Are the new Volkswagen I.D. electric cars worth getting over a Tesla?

VW has issued purchase supply contracts to multiple existing battery manufacturers... They have no plans on producing batteries themselves and are trusting that the suppliers will be able to produce the volume they anticipate needing and presumably they some how hope to be competitive by buying the batteries other than making them - themselves.

VW doubles its electric vehicle battery contracts to $48 billion

Ahem.... So with no investment what so ever they figure their suppliers will invest heavily to ramp up production and at the same time some how magically their cost structure for doing so will be comparative to making these batteries themselves. You know what business strategies like this are called? Dreaming in technicolour.. if you get the supply you will be paying the price for those batteries including a heathy profit for making the investment and taking the business risk to produce batteries to order. So by my view with this you can have the supply if you justify your seriousness but you can not have it at a reduced price of production.

There is no possible way for such a business strategy to be able to compete with Tesla on cost.

Their production is not slated to start until 2020 and not ramp up until 2022... so again the best of good luck to them - with no rapid charging infrastructure in place ...

So the two elements required to produce the cars either do not exist or are not in their direct control. You know what that is called? Bullshit.

Wow... real honest to life bullshit....


There is no way to answer this question due to the inability to buy the car. VW is currently famous for words words words words words and a drawing.

Tesla is famous for cars cars cars cars and more cars.

I don't know what you really want from a car company, but for me - it's cars. Not words. So I don't contemplate anything from VW until they actually have the car.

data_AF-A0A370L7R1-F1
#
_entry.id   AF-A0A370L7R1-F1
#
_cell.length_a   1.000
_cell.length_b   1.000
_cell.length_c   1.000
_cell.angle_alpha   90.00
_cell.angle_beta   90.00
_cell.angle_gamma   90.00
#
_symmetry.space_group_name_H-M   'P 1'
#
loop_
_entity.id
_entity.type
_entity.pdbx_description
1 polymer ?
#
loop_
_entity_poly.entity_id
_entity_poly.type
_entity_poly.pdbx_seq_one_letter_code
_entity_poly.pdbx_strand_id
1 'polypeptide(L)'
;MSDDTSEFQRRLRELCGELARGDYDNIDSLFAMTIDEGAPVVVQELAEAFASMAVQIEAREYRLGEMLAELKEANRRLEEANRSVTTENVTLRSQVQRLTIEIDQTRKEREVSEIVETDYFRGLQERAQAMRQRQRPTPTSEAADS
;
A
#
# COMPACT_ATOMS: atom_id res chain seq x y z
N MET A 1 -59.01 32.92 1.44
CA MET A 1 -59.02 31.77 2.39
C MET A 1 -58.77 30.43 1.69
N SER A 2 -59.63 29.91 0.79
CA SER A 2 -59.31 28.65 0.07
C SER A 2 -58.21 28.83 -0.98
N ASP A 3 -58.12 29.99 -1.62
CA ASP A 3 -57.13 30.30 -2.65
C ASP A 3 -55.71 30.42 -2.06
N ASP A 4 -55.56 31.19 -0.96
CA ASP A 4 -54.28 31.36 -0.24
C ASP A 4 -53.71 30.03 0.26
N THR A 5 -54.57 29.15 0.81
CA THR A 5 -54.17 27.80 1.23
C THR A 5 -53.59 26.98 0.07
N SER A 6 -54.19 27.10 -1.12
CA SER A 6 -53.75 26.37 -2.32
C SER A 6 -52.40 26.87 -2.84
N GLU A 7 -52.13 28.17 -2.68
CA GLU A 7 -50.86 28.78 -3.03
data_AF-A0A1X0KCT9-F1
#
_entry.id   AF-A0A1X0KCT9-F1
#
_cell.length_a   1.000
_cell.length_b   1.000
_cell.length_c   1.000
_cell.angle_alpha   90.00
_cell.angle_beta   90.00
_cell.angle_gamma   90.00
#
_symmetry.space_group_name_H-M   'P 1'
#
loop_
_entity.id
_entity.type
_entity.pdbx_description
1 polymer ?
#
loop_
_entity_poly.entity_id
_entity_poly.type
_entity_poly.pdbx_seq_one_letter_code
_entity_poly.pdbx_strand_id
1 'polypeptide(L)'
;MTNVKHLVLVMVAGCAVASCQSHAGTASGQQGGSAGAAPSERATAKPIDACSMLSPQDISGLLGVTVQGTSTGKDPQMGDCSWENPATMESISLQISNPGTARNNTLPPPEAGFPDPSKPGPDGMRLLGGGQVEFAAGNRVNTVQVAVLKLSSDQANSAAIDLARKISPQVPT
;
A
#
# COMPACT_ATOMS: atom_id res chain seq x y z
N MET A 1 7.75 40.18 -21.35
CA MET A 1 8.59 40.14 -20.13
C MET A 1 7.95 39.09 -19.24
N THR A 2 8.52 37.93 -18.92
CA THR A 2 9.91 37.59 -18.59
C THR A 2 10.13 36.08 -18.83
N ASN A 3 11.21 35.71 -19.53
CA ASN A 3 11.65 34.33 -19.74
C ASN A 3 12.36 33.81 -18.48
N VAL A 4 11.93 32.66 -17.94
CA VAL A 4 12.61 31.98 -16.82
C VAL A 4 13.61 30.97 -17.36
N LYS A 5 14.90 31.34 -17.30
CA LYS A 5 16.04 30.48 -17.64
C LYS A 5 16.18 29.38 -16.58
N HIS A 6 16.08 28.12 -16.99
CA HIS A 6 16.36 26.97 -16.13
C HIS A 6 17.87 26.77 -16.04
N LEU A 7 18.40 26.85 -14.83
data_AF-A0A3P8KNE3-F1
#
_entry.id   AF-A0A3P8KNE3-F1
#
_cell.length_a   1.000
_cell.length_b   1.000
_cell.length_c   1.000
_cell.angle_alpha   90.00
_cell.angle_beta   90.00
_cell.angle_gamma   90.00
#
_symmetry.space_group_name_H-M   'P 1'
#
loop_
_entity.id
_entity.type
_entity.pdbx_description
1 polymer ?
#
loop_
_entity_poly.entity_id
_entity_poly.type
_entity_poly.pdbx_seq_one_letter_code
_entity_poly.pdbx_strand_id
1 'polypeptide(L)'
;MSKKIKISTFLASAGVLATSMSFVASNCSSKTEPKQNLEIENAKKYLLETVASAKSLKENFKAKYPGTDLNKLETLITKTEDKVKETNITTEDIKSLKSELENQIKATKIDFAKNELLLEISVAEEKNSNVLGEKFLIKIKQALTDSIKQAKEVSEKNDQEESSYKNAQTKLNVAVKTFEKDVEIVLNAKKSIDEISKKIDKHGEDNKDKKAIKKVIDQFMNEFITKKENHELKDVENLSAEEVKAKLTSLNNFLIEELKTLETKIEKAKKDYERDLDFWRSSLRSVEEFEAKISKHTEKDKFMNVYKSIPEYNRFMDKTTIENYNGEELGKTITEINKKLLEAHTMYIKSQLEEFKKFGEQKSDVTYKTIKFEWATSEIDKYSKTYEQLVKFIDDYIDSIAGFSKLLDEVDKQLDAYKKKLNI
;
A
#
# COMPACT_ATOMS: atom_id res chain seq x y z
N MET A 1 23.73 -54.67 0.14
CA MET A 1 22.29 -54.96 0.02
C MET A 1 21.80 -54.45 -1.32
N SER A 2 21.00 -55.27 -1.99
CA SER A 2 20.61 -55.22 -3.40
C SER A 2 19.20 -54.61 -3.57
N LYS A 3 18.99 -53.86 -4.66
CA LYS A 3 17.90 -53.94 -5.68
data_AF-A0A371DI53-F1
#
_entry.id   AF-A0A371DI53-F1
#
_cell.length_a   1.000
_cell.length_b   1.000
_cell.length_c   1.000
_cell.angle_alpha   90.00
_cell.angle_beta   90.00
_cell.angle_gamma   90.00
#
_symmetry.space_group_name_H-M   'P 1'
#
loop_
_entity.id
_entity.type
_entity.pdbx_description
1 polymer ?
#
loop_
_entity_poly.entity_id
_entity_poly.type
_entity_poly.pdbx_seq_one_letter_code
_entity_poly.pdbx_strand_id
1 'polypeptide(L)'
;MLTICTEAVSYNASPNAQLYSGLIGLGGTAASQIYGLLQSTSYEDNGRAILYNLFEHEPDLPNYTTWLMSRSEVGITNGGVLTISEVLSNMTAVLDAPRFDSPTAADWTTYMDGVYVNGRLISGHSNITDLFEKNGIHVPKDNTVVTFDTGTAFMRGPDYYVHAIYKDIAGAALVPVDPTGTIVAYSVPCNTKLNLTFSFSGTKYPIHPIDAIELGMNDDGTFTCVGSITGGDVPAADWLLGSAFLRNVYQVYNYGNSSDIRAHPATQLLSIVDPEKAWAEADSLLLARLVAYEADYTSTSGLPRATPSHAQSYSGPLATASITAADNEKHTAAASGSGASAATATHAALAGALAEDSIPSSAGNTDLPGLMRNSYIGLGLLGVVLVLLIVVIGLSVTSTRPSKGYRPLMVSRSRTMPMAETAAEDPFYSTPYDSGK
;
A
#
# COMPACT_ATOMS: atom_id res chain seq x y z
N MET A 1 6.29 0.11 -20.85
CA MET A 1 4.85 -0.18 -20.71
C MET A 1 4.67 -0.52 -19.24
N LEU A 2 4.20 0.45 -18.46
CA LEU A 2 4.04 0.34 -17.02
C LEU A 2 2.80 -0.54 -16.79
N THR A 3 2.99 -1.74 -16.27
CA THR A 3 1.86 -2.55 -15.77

As far as their plans for this car - I question where they're going to get the batteries. Tesla had to build their own battery production factory. It's massive. And Tesla is racing faster than anyone to make more batteries...for their own cars and trucks.

I don't see a battery factory in VW's future. They have words words words. But I haven't seen anything about where they're sourcing all of these bajillions of batteries from.

I give them credit for knowing how to build a car. I give them demerits for cheating and lying activities. I give them nothing for their words. And though they know how to build a car, they have no experience building or sourcing batteries. EVs have huge batteries. Show me where those are coming from?


In what year?

If you want a car in 2018, 2019, or 2020, I think Tesla is your only choice. Volkswagen is supposed to start shipping the I.D. models in 2019 or 2020, but so far, they are shipping more words than electric cars, so I would bet on 2020 or 2021. Personally, I wouldn't jump into their first production either, so that introduces another year of delay.

Do you like to take long trips in your new car? Again, your only real choice is Tesla. Volkswagen is talking about a nationwide charging network, but so far, only Tesla has delivered it.

I think this question is better asked in 3–4 years, when it's finally clear exactly what Volkswagen (and the other manufacturers) have actually delivered.

In the meantime, buy a Tesla.


You mean all the ones that say "Concept vehicle shown. Not available for sale. Specifications may change"? Not even worth talking about until they get to a point where they are willing to commit to specs, price, and delivery date.

If they work as well as the EV charging stations they are building as part of the Electrify America plan as part of the Dieselgate settlement, then they won't be worth using at all. The people I know using them have reported many of the stations aren't working properly, and that's after they've just been built - what will happen when they have been built but no money allocated to fix them?


First question:

Where are you going to charge them on a road trip?

The parking lot of a La Quinta for 8+ hours is not a fun place.

Second question:

Are you only going to use the car as a city/errand/short trip car?

Then the Volkswagens may be OK.


If you have a choice, would you get a world renowned car that's proven itself and has the support of a supercharger network for long distance travel, or would you get something new and untested backed by a questionable commitment of VW to EVs with no way to travel long distances in a reasonable amount of time?

The choice in EVs is fairly simple until another company proves it can compete with Tesla.


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